ARI is meant to do something similar, in the form where you can go about and create your own logic, contain it into a singular application and activate when you require – for example, rewriting the queue application. One of the first applications that I’ve decided to re-write using ARI was a Radio broadcasting system that I’ve developed in 2006. The problem with that application was that I need to hold about 600 callers in a single queue, and attach them over to the broadcasting booth as required. Of course I needed to enable full call control, caller management, UI and more. Initially, I used MeetMe, MySQL, and AMI to do this. Later on it changed to MeetMe, Redis, AstManProxy and some other tools – but it never seemed to please me. The fact that I needed to maintain 2 MeetMe bridges, one for holding people and one for the actual broadcasting really bugged me. Yes, when Asterisk 1.8 came out I migrated to the Bridge application and yes, I updated bits and pieces here and there, but it was never what I wanted it to be.

When I started playing around with ARI, I said to myself – this is the perfect application to migrate to ARI. The only thing I needed was a simple Stasis application to read my state correctly, and that would be activated once the called is put into the waiting area – so in terms, I’ve developed a very simple queue application.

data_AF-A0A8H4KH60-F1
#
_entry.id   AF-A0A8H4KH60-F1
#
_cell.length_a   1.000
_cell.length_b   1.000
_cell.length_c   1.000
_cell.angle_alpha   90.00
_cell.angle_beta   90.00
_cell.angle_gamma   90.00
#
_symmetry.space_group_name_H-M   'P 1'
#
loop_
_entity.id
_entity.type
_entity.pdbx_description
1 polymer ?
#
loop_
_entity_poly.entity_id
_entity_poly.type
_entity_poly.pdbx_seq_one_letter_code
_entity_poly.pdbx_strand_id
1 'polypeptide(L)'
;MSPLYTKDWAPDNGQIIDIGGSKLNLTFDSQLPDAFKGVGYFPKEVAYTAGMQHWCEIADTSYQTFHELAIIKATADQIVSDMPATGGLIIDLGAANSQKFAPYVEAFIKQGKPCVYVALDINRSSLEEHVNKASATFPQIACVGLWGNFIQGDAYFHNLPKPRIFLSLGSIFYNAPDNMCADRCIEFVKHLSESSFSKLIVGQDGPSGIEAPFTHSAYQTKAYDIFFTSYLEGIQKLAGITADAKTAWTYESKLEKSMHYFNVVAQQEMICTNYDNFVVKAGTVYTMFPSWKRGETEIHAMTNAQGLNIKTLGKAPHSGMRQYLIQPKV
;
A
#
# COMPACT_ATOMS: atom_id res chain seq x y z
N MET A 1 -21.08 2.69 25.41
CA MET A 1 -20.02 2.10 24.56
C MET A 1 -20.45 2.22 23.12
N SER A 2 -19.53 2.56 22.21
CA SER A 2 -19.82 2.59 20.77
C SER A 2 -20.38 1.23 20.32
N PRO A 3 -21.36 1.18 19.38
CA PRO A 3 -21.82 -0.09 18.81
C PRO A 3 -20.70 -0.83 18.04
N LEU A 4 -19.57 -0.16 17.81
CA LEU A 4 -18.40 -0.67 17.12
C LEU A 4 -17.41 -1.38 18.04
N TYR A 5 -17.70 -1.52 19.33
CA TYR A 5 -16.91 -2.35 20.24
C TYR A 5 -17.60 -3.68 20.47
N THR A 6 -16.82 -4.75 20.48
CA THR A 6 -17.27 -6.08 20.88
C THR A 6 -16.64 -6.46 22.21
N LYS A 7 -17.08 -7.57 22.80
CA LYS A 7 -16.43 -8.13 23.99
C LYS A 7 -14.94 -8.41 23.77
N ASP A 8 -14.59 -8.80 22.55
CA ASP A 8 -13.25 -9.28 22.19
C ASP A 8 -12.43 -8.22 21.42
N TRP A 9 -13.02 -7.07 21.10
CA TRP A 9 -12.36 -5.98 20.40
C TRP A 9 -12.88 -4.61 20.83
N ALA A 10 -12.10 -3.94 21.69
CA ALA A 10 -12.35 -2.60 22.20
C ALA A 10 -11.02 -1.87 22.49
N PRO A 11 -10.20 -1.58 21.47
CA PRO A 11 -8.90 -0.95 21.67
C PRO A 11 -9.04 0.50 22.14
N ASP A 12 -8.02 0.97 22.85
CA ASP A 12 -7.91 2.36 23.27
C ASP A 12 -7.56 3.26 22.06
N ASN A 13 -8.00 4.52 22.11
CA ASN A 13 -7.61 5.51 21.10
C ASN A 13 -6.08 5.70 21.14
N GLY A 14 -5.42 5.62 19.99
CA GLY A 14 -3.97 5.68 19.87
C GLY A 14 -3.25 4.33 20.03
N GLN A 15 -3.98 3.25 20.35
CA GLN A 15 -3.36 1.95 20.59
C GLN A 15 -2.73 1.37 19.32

IVR heavy lifting was done using dialplan, but the actual service was done with ARI.

Blades and Bleeding Edge

Now, before you go about migrating all your existing code to ARI – you must remember this: If you walk on the bleeding edge, expect the blade to cut you here and there. Currently, I hadn’t yet seen any proper ARI wireframe available. I’ve seen some work done with Node.JS and Ruby, but I can’t say that I’ve taken a fancy to any of those. Honestly, my comfort zone is very much PHP and C/C++, what can I say, I’m old school.

When I started building the Stanley wireframe, it was fairly frustrating – simply because not everything was that much clear and clean. In addition, as Asterisk advances, ARI will change and advance as well. What ever you write, make sure it’s modular enough so you can change it as required.

 

Ok All, this is my official Astricon Countdown – start your engines, as Eric Klein and myself will be attending Astricon this year, Vegas here we come.

So, what are we going to talk about: Security and Cloud computing. Yes, over the past year, I’ve been returning to my old stomping ground, the various cloud infrastructure that is publicly available – and how to exploit it to the max. I will be talking about the various methods of speeding up your clouded Asterisk server, and most importantly, I’ll share some of the methodologies and logic behind building these instances, maintaining them and the various do’s and don’ts I’ve learned along the way.

I’m planning a few surprises and giveaways for my talk, so make sure you stay updated on this page 🙂